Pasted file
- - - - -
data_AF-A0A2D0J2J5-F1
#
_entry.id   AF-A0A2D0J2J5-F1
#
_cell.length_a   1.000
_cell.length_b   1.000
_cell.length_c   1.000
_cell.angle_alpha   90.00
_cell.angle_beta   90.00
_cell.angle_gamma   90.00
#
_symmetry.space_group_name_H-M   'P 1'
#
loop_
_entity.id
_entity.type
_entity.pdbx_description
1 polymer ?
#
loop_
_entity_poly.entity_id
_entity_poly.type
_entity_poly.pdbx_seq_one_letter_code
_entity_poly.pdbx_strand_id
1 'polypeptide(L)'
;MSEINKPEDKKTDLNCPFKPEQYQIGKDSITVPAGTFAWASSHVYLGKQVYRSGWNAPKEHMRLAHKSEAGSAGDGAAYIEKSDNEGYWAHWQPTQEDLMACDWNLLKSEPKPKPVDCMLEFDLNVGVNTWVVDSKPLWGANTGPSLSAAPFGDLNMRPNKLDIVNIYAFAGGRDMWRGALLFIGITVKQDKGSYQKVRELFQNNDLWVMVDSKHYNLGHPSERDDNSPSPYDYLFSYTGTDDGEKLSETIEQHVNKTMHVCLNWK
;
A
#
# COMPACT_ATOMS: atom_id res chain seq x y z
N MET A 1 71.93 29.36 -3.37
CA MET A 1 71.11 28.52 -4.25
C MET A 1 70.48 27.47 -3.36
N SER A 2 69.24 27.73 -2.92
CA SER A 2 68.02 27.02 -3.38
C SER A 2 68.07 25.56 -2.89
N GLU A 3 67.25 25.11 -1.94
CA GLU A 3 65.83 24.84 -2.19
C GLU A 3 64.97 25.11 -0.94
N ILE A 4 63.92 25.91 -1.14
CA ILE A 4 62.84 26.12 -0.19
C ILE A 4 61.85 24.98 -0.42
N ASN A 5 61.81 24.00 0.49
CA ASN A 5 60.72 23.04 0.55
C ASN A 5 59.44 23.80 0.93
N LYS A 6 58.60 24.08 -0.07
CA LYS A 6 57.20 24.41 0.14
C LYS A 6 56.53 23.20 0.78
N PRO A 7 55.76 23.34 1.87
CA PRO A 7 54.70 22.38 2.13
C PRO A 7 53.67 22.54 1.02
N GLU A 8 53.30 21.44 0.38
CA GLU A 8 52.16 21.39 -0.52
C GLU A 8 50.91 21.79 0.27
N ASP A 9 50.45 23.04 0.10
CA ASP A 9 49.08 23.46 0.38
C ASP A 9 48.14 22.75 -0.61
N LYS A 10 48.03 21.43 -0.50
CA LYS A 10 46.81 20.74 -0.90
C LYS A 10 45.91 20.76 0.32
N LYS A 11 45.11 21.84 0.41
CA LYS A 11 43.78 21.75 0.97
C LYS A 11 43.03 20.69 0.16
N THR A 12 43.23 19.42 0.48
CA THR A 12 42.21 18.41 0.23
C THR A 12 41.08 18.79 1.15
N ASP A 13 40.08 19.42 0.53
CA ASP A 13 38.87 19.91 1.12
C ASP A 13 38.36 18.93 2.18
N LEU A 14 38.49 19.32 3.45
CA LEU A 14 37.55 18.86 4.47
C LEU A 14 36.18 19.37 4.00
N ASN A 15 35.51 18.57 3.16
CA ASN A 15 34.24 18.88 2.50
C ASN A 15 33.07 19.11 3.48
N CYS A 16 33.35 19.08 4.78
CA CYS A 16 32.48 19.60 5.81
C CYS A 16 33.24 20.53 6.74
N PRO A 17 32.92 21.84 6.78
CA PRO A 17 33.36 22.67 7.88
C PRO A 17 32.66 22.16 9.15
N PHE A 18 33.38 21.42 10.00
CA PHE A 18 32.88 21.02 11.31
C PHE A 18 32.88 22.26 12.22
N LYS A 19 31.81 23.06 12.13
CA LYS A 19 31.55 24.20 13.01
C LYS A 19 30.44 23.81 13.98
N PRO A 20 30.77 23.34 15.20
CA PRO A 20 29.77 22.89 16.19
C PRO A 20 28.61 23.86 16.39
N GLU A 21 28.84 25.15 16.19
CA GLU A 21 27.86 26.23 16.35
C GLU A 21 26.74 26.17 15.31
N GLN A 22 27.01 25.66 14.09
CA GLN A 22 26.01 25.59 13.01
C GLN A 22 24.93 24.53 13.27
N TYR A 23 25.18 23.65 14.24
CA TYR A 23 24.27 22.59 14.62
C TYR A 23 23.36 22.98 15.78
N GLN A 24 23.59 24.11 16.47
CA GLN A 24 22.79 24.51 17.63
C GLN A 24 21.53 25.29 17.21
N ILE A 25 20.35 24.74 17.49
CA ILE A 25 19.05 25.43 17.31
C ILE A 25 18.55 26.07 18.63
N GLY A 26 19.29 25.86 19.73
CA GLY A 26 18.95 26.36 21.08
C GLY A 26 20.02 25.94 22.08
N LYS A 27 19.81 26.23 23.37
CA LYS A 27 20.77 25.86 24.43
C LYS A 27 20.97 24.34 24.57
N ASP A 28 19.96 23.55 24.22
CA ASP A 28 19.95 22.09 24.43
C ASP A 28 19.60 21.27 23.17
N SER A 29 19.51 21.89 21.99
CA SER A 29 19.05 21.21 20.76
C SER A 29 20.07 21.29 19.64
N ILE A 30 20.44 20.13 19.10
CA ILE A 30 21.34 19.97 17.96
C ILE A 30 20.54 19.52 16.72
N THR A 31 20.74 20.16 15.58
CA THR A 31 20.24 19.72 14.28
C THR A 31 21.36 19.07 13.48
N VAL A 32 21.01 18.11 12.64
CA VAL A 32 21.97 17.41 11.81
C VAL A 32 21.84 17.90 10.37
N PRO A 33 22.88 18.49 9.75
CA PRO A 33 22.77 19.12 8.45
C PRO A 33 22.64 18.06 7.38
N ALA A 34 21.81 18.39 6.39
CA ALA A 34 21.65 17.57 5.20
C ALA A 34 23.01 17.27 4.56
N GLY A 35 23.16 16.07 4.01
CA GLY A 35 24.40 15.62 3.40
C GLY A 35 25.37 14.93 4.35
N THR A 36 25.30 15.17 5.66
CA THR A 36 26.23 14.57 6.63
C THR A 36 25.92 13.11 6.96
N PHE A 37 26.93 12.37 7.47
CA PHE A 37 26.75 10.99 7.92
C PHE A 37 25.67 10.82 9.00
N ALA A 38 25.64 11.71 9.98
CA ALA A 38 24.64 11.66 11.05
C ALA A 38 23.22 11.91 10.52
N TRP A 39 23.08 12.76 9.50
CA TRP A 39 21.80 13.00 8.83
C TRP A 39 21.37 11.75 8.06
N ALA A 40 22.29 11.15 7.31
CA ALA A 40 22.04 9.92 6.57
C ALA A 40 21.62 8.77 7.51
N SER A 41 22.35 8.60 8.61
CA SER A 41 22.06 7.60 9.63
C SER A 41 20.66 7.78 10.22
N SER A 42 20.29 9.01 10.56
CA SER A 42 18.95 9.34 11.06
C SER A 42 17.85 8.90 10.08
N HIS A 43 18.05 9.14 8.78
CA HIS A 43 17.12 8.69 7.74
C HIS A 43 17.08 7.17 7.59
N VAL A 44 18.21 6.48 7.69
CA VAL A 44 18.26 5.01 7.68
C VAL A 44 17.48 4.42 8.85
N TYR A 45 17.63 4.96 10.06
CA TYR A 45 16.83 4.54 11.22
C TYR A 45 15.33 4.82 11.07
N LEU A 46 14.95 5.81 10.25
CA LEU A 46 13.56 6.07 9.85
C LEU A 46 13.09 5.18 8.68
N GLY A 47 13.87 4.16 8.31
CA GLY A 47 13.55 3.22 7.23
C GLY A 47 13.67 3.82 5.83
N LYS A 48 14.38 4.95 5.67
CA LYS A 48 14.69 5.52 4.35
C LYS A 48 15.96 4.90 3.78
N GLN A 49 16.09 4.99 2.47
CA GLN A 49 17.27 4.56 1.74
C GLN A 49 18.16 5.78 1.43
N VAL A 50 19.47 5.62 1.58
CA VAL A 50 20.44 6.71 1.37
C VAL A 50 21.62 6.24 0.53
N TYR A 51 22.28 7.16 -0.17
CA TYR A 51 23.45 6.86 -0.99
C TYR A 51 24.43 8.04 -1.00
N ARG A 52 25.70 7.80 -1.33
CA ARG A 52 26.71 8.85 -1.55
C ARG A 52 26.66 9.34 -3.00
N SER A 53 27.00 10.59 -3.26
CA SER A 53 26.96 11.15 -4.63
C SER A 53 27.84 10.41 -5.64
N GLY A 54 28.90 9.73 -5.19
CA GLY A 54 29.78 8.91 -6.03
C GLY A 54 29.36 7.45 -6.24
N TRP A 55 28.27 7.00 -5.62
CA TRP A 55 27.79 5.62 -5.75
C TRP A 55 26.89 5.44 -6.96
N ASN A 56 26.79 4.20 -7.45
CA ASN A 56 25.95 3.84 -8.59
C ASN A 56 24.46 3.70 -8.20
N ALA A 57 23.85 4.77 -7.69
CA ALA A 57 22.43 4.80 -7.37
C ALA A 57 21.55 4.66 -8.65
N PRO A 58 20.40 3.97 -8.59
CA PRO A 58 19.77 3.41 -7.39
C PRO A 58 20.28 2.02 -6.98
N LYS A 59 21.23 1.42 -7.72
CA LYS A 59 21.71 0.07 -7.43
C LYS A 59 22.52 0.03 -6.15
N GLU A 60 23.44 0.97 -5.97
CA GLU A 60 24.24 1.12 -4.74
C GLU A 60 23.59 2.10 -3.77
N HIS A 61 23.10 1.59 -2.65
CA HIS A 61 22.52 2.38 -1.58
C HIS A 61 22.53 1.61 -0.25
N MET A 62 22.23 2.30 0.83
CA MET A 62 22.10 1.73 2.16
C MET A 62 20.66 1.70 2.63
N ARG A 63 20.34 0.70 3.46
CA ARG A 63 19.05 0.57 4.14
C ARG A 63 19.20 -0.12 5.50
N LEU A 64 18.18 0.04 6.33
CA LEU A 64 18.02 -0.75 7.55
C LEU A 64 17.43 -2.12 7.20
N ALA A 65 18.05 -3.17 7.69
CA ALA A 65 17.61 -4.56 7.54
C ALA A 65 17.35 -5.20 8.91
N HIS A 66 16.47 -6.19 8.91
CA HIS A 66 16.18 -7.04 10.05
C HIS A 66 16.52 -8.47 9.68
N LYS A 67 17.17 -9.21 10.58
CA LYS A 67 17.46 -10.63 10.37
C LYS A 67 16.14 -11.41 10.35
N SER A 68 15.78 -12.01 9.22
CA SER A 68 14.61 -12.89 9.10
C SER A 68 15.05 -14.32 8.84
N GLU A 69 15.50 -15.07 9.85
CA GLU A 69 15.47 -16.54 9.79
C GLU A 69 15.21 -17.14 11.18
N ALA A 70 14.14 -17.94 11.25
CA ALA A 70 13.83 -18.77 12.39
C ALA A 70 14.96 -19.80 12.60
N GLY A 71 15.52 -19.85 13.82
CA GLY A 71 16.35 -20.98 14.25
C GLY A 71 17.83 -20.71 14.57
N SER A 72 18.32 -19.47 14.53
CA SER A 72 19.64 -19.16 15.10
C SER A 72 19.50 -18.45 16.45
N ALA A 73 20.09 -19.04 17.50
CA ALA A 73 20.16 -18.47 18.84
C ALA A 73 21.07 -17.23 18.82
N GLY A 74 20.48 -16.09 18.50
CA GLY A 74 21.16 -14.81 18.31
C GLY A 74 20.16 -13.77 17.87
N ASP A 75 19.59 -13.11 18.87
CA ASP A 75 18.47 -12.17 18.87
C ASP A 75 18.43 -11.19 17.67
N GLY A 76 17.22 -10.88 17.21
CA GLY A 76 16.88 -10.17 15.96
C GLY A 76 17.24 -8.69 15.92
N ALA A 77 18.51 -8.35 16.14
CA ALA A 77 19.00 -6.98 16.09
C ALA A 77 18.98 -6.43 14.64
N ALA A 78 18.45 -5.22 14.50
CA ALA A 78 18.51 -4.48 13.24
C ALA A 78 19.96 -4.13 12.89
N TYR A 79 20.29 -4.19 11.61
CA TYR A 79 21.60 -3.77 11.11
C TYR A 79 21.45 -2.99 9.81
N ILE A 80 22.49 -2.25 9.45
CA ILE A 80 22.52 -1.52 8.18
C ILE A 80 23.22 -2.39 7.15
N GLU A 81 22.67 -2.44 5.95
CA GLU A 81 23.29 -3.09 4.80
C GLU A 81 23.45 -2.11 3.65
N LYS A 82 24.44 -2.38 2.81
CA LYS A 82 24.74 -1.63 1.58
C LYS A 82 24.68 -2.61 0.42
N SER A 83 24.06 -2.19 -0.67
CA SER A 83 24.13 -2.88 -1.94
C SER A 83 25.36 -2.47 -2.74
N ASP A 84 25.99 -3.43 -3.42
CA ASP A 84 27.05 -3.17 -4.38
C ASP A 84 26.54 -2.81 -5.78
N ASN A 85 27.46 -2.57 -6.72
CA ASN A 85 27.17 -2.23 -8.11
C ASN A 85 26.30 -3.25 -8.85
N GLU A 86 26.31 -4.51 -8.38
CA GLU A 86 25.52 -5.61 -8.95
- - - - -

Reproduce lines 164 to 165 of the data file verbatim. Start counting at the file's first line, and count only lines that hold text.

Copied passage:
CA TYR A 45 16.83 4.54 11.22
C TYR A 45 15.33 4.82 11.07